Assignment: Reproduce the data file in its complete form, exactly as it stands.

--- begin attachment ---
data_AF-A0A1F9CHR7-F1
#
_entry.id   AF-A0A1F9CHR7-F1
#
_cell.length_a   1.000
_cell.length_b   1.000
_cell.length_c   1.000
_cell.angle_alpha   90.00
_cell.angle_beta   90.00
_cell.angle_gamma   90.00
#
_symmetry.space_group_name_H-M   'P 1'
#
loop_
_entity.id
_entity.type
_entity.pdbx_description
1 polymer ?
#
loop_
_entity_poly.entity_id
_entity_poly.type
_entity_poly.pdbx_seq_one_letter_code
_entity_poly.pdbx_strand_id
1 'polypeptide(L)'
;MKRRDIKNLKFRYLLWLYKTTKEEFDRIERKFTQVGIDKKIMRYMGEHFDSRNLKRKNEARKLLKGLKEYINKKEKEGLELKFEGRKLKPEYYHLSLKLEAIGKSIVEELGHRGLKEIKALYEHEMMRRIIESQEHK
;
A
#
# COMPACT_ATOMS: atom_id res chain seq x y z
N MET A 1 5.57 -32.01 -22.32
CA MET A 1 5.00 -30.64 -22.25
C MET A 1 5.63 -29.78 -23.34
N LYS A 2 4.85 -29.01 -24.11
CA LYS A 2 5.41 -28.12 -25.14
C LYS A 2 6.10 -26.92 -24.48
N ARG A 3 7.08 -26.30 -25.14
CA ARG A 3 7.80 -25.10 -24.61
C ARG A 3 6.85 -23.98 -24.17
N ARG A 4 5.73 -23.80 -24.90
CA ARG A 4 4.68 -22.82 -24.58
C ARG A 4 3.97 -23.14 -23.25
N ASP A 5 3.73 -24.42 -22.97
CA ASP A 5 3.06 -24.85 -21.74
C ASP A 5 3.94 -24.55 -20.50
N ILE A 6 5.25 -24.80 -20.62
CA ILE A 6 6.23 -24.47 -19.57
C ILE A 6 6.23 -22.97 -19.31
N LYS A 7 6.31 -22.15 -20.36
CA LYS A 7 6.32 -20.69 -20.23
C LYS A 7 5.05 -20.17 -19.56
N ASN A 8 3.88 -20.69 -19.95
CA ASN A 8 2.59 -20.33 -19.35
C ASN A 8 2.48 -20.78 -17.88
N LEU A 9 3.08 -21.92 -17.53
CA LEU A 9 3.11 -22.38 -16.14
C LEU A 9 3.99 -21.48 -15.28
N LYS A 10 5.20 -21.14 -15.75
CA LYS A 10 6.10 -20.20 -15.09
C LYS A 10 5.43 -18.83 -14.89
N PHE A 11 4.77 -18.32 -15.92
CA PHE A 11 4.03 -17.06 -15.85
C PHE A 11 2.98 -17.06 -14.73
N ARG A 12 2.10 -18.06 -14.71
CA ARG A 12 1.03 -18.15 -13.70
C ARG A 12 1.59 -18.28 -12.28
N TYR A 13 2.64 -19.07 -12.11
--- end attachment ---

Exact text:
data_AF-A0A1F9CHR7-F1
#
_entry.id   AF-A0A1F9CHR7-F1
#
_cell.length_a   1.000
_cell.length_b   1.000
_cell.length_c   1.000
_cell.angle_alpha   90.00
_cell.angle_beta   90.00
_cell.angle_gamma   90.00
#
_symmetry.space_group_name_H-M   'P 1'
#
loop_
_entity.id
_entity.type
_entity.pdbx_description
1 polymer ?
#
loop_
_entity_poly.entity_id
_entity_poly.type
_entity_poly.pdbx_seq_one_letter_code
_entity_poly.pdbx_strand_id
1 'polypeptide(L)'
;MKRRDIKNLKFRYLLWLYKTTKEEFDRIERKFTQVGIDKKIMRYMGEHFDSRNLKRKNEARKLLKGLKEYINKKEKEGLELKFEGRKLKPEYYHLSLKLEAIGKSIVEELGHRGLKEIKALYEHEMMRRIIESQEHK
;
A
#
# COMPACT_ATOMS: atom_id res chain seq x y z
N MET A 1 5.57 -32.01 -22.32
CA MET A 1 5.00 -30.64 -22.25
C MET A 1 5.63 -29.78 -23.34
N LYS A 2 4.85 -29.01 -24.11
CA LYS A 2 5.41 -28.12 -25.14
C LYS A 2 6.10 -26.92 -24.48
N ARG A 3 7.08 -26.30 -25.14
CA ARG A 3 7.80 -25.10 -24.61
C ARG A 3 6.85 -23.98 -24.17
N ARG A 4 5.73 -23.80 -24.90
CA ARG A 4 4.68 -22.82 -24.58
C ARG A 4 3.97 -23.14 -23.25
N ASP A 5 3.73 -24.42 -22.97
CA ASP A 5 3.06 -24.85 -21.74
C ASP A 5 3.94 -24.55 -20.50
N ILE A 6 5.25 -24.80 -20.62
CA ILE A 6 6.23 -24.47 -19.57
C ILE A 6 6.23 -22.97 -19.31
N LYS A 7 6.31 -22.15 -20.36
CA LYS A 7 6.32 -20.69 -20.23
C LYS A 7 5.05 -20.17 -19.56
N ASN A 8 3.88 -20.69 -19.95
CA ASN A 8 2.59 -20.33 -19.35
C ASN A 8 2.48 -20.78 -17.88
N LEU A 9 3.08 -21.92 -17.53
CA LEU A 9 3.11 -22.38 -16.14
C LEU A 9 3.99 -21.48 -15.28
N LYS A 10 5.20 -21.14 -15.75
CA LYS A 10 6.10 -20.20 -15.09
C LYS A 10 5.43 -18.83 -14.89
N PHE A 11 4.77 -18.32 -15.92
CA PHE A 11 4.03 -17.06 -15.85
C PHE A 11 2.98 -17.06 -14.73
N ARG A 12 2.10 -18.06 -14.71
CA ARG A 12 1.03 -18.15 -13.70
C ARG A 12 1.59 -18.28 -12.28
N TYR A 13 2.64 -19.07 -12.11